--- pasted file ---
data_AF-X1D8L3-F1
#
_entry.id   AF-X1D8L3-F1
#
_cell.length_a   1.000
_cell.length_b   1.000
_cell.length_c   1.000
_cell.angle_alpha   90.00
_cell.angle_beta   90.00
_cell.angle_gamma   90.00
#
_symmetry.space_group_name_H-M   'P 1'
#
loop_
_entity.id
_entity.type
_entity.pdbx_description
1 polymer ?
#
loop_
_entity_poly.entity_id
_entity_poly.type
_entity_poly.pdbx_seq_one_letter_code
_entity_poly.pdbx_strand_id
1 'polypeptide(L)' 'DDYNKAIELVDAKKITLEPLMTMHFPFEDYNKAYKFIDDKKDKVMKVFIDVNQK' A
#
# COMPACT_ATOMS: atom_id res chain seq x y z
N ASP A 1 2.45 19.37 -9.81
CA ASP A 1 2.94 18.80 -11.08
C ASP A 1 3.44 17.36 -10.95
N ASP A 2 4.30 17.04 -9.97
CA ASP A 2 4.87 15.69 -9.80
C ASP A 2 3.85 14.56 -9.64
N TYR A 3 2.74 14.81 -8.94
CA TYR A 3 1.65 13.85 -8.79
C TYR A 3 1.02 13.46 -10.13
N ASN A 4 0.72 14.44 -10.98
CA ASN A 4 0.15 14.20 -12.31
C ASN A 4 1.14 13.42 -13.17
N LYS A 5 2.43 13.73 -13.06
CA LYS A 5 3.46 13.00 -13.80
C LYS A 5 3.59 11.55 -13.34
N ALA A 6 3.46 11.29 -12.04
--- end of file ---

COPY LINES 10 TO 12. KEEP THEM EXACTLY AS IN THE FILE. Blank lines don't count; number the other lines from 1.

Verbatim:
_cell.angle_gamma   90.00
#
_symmetry.space_group_name_H-M   'P 1'